On Sun, 15 Jun 1997, John Clews writes:
> If user needs revolve around bibliographic requirements [books] it is
> worth bringing ISO/TC46/Joint Working Group on language codes into
> this discussion: currently nobody from that working group has been
> (b) nobody in ISO/TC46/Joint Working Group on language codes seems to
> have considered this "sub-language" approach necessary, despite
> decades of actually using this in bibliographic records used
> Are we in danger of spending too much time on unrequired detail?
> A code for Klingon can always be requested in any case from the
> ISO/TC46/Joint Working Group on language codes in any case, or from
> the ISO 639 maintenance Agency.
The use of language codes for bibliographic work, i.e. per-work metadata
mainly used for searching and identification, may very well be somewhat
or even totally different from the use for actual text markup for various
computer operations, such as spelling, grammar checking, text-to-speech,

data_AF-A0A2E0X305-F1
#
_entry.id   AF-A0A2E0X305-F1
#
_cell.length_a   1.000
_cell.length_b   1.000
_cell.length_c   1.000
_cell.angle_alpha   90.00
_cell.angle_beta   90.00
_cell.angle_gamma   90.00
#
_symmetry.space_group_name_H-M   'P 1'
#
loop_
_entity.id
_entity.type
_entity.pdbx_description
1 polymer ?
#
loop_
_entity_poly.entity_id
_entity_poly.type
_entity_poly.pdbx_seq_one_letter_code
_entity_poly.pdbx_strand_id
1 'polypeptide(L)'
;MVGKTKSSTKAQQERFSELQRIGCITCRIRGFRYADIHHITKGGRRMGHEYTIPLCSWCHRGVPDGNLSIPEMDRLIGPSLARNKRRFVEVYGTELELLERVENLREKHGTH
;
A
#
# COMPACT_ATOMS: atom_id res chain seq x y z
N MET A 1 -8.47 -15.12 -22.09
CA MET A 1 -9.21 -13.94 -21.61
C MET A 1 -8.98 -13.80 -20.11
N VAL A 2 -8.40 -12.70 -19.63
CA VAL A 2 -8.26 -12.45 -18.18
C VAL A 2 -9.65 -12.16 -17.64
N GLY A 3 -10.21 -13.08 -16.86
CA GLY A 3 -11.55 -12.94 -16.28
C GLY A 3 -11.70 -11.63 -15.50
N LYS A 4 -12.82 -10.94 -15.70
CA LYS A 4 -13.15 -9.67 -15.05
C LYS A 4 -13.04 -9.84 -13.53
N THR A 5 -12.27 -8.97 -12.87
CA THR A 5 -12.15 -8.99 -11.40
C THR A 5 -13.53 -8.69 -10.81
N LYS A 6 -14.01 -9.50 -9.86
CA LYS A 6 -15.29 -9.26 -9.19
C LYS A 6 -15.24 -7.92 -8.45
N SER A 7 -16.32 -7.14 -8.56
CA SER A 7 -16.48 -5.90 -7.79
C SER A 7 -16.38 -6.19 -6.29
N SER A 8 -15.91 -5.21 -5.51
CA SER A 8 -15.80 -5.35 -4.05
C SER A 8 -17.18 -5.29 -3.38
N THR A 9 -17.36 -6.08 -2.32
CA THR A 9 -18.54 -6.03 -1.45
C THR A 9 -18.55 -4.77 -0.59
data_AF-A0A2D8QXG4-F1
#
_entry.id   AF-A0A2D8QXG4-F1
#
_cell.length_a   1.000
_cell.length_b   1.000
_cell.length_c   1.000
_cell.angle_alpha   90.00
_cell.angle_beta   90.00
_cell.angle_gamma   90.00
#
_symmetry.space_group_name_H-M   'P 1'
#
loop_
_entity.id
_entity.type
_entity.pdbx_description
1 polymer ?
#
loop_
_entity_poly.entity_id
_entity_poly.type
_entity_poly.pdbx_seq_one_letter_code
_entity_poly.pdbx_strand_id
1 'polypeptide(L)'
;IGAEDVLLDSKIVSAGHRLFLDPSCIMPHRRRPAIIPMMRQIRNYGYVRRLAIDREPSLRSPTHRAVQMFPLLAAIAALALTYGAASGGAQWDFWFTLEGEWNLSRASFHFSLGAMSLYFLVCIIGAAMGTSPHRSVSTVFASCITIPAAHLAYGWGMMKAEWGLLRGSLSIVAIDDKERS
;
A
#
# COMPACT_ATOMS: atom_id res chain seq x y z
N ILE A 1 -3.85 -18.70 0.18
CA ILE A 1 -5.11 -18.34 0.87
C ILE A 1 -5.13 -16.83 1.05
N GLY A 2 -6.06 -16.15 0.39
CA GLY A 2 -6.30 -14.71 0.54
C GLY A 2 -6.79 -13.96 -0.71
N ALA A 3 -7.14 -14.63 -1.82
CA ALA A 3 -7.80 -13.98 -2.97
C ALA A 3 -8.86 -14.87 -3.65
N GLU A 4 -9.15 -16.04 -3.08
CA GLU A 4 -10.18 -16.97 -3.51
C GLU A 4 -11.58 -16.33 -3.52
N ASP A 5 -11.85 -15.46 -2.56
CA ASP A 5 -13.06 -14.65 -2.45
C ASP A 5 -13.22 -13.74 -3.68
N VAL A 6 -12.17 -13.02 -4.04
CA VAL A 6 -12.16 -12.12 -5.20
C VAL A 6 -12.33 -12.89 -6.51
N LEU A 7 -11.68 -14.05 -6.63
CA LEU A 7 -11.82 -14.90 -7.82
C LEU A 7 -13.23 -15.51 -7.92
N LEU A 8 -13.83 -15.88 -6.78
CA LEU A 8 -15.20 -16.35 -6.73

fulltext searching and indexing, high-quality typography, and so on.
And the rather stable and controllable bibliographic environment may
indeed have much less use for hierarchical tags than the Internet with
very distributed facilities of all kinds.
To give an example of both points, it may well be enough for the
bibliographic community to have only a single identifier for English.
In particular for spell checking, however, one would like to have
both the distinction between US and British (and other) English,
as well as the facility of a fallback to the other if one of them
is not available. Here hierarchical identifiers are most probably
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